superheroYou know how most superheros become superheros because of exposure to some weird, intensified chemical or element? Take Peter Parker’s spider bite for example.

According to a story reported in various media, including International Planned Parenthood Federation’s website, if science can perfect the contraceptive effect of ultasound on men’s testicles, then we may be in for a new breed of superhero.  Ultrasound Man: able to bear the burden of pregnancy prevention for women everywhere. 

I joke, but for decades women have yearned for gender equality when it comes to bearing the burden of birth control. Could the promise of six months of ultrasound induced, reversible infertility in men be the answer? Well, to date, we only know it works in rats. There is a long way to go before we send the men for a bi-annual ultrasound “zap test”.

This isn’t the first male method touted over the last decade. In 2003, news out of the UK about a birth control pill for men had women nodding their heads with approval. I was immediately dubious and dashed off a commentary for the Calgary Herald that began thus:

Memo to Big Pharma: Save your money. If you think the male birth control pill is going to be a big seller, think again. Memo to women everywhere: Curb your enthusiasm. If you think it’s time men took more responsibility, you’re right — but the Pill for Bill is not going to be it.

Because of the complex hormonal action of the pill for men, I knew it wouldn’t fly. As I noted in my piece:

According to a story from the London Telegraph, because the treatment is invasive, it is likely to be used only by men in long-term relationships. Read it and weep, gals, because this is the wicked truth. It’s OK for women of any age or relationship status to ingest birth control pills or receive the Depo-Provera injection that completely shuts down their reproductive systems, but men would never do the same. It is already postulated that only men in committed relationships are likely to submit to invasive hormonal contraception. That would be supportive husbands and partners of the best kind.

Although a recent  survey by the Family Planning Association found that one third of men would definitely use a birth control pill for men if it became available, I doubt very much, once the mechanism of action were explained (full disclosure), that there would be many takers. I suspect the side effects, and concerns about synthetic testosterone, would result in a pathetic compliance rate.

Certainly the ultrasound method sounds much less invasive. Research leader James Tsuruta of the University of North Carolina said: “We think this could provide men with reliable, low-cost, non-hormonal contraception from a single round of treatment.

Happily, “the team plans to investigate the mechanism that causes temporary infertility.” I think the guys would want to know how and why it works before signing up.  But they can rest assured because Dr. Tsuruta also said: “Establishing safety, efficacy and reversability: these are our top concerns.”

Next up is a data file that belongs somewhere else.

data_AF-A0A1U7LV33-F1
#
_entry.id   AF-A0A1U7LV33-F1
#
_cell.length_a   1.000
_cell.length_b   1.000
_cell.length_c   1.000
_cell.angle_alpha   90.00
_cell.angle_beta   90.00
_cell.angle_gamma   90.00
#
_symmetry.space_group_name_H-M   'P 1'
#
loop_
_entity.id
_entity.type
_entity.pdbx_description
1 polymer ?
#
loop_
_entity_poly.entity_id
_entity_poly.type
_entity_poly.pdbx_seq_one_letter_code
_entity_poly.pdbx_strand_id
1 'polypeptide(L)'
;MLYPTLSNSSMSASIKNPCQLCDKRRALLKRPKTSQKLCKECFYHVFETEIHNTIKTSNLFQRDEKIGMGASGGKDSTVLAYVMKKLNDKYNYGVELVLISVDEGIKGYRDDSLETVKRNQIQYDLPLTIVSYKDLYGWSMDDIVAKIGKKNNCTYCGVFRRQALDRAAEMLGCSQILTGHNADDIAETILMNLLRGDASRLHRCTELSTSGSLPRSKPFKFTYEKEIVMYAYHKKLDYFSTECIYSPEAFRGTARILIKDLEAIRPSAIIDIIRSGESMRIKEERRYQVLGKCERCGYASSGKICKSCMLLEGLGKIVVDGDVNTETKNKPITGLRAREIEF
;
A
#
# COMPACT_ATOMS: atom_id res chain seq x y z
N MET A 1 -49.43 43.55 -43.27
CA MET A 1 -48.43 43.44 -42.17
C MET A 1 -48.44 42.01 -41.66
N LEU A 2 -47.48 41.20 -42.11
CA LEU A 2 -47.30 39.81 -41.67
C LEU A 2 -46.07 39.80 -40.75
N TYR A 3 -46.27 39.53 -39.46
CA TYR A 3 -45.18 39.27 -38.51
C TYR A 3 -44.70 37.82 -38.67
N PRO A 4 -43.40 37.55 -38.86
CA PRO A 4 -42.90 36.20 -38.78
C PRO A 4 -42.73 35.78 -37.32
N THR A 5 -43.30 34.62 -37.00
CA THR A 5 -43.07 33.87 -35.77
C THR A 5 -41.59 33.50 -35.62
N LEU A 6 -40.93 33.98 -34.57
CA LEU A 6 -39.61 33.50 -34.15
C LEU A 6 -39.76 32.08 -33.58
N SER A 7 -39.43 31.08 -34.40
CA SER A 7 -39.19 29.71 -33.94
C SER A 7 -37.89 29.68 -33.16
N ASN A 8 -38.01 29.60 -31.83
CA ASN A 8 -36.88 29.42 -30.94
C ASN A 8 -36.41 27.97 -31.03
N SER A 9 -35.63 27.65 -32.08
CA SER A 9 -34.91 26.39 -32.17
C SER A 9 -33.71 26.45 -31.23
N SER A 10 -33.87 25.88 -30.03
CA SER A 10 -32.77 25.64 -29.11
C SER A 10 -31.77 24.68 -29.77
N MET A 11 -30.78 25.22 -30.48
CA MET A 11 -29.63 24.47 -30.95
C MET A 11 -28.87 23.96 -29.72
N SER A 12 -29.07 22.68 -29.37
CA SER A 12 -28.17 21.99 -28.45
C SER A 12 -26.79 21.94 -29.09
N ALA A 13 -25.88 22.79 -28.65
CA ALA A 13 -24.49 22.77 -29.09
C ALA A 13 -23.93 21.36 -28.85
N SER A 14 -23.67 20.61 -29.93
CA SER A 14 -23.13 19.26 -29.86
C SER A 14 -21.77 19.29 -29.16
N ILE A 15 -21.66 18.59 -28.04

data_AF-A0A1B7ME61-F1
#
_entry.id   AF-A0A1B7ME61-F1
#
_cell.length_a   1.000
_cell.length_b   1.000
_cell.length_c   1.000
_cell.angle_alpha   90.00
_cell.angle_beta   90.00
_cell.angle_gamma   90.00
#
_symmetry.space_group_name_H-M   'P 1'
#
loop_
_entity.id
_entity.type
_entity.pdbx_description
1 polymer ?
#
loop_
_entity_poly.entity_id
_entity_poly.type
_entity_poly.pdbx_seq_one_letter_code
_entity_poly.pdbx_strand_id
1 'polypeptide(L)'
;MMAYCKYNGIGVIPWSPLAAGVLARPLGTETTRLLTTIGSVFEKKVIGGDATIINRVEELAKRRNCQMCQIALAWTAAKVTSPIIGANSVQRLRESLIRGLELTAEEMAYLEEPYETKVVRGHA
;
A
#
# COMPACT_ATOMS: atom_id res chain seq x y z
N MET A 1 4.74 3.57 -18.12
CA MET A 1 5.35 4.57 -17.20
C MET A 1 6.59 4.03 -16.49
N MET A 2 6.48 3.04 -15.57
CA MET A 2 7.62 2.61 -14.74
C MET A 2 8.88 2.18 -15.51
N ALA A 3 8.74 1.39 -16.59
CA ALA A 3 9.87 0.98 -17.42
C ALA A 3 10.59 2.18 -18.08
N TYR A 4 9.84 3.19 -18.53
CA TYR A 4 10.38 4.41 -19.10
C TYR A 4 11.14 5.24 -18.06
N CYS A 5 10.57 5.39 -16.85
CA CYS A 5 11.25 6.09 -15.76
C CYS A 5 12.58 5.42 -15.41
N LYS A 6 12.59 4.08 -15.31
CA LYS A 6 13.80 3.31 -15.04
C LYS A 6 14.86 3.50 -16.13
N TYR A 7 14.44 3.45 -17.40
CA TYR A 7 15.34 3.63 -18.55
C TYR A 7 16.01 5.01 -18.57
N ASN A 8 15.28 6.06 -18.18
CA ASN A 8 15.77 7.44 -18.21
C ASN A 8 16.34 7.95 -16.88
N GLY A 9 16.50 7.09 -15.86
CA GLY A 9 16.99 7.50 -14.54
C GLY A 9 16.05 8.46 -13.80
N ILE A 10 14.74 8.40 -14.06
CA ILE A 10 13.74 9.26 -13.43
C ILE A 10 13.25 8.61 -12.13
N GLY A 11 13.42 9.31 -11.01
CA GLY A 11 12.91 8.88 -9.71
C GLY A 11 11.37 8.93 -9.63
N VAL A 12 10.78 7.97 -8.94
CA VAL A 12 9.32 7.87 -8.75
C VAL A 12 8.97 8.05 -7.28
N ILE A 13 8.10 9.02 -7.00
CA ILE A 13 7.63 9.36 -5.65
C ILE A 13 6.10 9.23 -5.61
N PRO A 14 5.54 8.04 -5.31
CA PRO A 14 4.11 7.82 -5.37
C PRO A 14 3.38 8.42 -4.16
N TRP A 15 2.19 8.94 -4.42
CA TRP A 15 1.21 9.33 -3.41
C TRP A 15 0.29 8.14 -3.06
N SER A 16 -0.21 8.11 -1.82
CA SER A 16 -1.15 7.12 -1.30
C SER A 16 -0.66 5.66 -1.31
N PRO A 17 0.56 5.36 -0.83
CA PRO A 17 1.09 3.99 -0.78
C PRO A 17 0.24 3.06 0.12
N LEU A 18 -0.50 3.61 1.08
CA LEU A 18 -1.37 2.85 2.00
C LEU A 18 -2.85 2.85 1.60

As media stories proliferate documenting the growing trend among young women to eschew the Pill (et. al) in favour of non-hormonal methods, news that there may be a safe, simple method for men on the horizon is both welcome and long overdue.

What I find hard to take, however, is this suggestion expressed by Allan Pacey from the University of Sheffield:

There is certainly a place for an effective non-hormonal contraceptive in men, but whether men would find it acceptable to have their testicles scanned regularly remains to be seen.

Find it acceptable? To have your testicles scanned regularly in a procedure described as “like sitting in a mini hot tub once every six months”?

I dare Mr. Pacey, a lecturer in andrology (the specialty that deals with men’s health) to say this in public to an audience of women who’ve been popping pills (et al) and inserting barrier contraceptives on both their and men’s behalf for the last several years. Ask these women if they find their current method of birth control acceptable. According to the Guttmacher Institute, 4 out of 10 women do NOT find their method of birth control satisfactory. But they take it or use it anyway, at least some of the time.

If ultrasound can safely make contraceptive superheros of men, then men best find it acceptable, and fast.

We’ll just have to wait and see. Thanks to the Bill & Melinda Gates Foundation, the researchers now have $100,000 to prepare a trial for humans. So men, gather up your buddies and get in line for what we’ll call the “team trial”.  Do your bit for contraceptive science. The women in your lives will thank you. 

Oh, but remember, ultrasound birth control won’t protect you or your partner from STI’s.  You still have to use a condom for that protection.

Readers should note that statements published in re: Cycling are those of individual authors and do not necessarily reflect the positions of the Society as a whole.